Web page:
I binged through the first season on Netflix with those awkward TV breaks for non-existent commercials. It's a good watch while I'm using the treadmill because the plot is thin and the characters predictable. The crimes and bad guys are about as scary as Scooby-Doo. Murphy's best friend goes missing in the first episode, and that's all you need to know because nothing else much happens the rest of the season as she searches for him. Murphy is acerbic and unkind to everyone in her orbit, including her boss and her roommate and her boyfriend and her family. Why these long-suffering people put up with her is the biggest mystery of the show. There's a brief moment in Episode 11 where roommate Jess confronts Murphy about her general unpleasantness and probable alcoholism. But it's brushed off and on she goes. Oh and by the way, she's blind. That doesn't add much to the plot except to show that blind people can be as flawed as the next person. At one point, Murphy escapes from a killer by rowing a boat by herself across a lake, then walking through snowy woods where she is rescued (I'm not joking) by a school bus of nuns. It's that kind of show. To me, the standout in the cast is Morgan Krantz who plays Felix and resembles Jason Schwartzman. He's lovably dorky and you root for him. That's unlike Murphy, who never grows, never reflects on the damage she inflicts on those who care about her. Much like Murphy's friends, I have a love/hate relationship with her and this show.
I Married Joan (1952)
No restraining order from Desilu?
I've sampled a half dozen episodes on Prime, and I can't help but wonder how this show avoided a plagiarism lawsuit from Desilu. Every element (including the title) is a direct rip-off of I Love Lucy. Joan wants to break into show business. Joan wears a tutu at ballet class. Joan has twin beds and a long-suffering husband. But Joan is no Lucy. She mugs and she cries and she mugs some more, but Joan Davis lacks the comedic genius of Lucille Ball. While I Love Lucy is classic television, I Married Joan is painfully dated. The sets, the writing, the acting are no match for Lucy. In later years, Jim Backus was candid about how difficult it was to work with Joan Davis and how poorly she prepared. I think that is evident from viewing the show. There is no chemistry between the actors, and Davis seems to think making a funny face is the answer to every scene. There's only one Lucy, and this show proves it.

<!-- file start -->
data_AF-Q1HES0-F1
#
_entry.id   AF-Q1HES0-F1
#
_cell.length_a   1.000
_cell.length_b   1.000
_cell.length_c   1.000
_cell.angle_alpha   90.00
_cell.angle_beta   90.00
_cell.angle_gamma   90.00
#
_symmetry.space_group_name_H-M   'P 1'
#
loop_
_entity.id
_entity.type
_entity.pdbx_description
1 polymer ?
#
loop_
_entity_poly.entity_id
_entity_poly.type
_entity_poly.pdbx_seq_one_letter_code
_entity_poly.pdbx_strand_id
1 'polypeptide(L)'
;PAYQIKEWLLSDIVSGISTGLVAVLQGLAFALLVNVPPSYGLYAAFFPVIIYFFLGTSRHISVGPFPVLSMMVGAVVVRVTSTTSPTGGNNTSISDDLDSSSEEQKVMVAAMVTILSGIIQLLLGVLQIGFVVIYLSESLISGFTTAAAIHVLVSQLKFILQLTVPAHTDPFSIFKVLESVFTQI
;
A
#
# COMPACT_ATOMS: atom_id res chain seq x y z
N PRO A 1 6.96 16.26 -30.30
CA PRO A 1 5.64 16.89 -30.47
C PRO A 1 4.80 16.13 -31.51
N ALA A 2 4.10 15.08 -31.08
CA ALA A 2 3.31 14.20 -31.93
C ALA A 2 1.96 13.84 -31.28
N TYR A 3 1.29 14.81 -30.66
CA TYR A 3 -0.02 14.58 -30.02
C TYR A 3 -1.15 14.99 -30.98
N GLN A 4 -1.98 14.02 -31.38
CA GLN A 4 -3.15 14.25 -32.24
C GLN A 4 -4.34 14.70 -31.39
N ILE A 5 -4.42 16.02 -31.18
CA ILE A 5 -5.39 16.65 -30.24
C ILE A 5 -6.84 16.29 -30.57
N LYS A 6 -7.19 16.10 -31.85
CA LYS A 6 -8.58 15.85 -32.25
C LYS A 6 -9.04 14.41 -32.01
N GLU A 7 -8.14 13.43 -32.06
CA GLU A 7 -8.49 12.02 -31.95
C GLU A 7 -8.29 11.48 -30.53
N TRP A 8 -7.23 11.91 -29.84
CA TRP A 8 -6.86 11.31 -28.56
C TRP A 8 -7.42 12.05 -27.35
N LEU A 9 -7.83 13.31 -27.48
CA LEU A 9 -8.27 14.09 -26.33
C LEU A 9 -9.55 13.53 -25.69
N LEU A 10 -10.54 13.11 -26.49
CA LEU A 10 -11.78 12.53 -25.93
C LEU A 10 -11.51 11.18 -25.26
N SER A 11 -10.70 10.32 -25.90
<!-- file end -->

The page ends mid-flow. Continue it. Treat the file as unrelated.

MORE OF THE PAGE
Worst narration ever?
This documentary is like browsing through the scrapbook of a faded, minor celebrity. Mildly interesting, but mostly desperate and pointless. There are no sparkling anecdotes or revealing insights. There are lengthy compilations of noteworthy stars with whom Mary Small appeared, but no photos of them actually with Mary. Don't expect to see much evidence of the "big voice" that is her claim to fame. The voice-over tells us that much of this has been lost. And regarding that "voice over." The narration seems to be a synthesized voice generator. Grating, emotionless, weird. This "loving tribute" is equally flat.
The Queen (1968)
Don't judge this by today's standards where RuPaul wins Emmys and Pete Buttigieg is in the Cabinet. I am the same age as the guys in this film and was coming out as a gay man during the 1960's. Stonewall hadn't happened and there were ZERO gay role models. We can roll our eyes as these performers strut their not-so-spectacular stuff, and we're aware (as they are not) that AIDS will ravage. But give them their moment. They're bold and funny and, most of all, brave. At the time, they could be arrested for gay behavior, let alone ostracized and fired. It all kinds of glorious... for a night.
Big Sky (2020)
Other than the "big surprise," it's bleh, blah, meh
We're starved for new network series during the pandemic, but this one is just a waste of time. Once we pass the "big surprise" in the first episode, the rest of the season is just the same thing over and over. Nothing fresh, nothing interesting. The plot never advances. Why does this need a second season? Perhaps this might have been allowed more edge if it weren't airing on network TV. But what we have is the blandest murder/mass kidnapping story ever told.
What's the point of the opening storyline?
Either I missed it (and I might in fact have daydreamed during this overlong film), but how did the opening sequence involving the sister connect with the main story of the summer fest in Sweden? The opening scenes were compelling, but I don't see how they connect with the remainder of the film. I'd appreciate your thoughtful insight.
Ted Lasso (2020)
Ted Lasso's accent?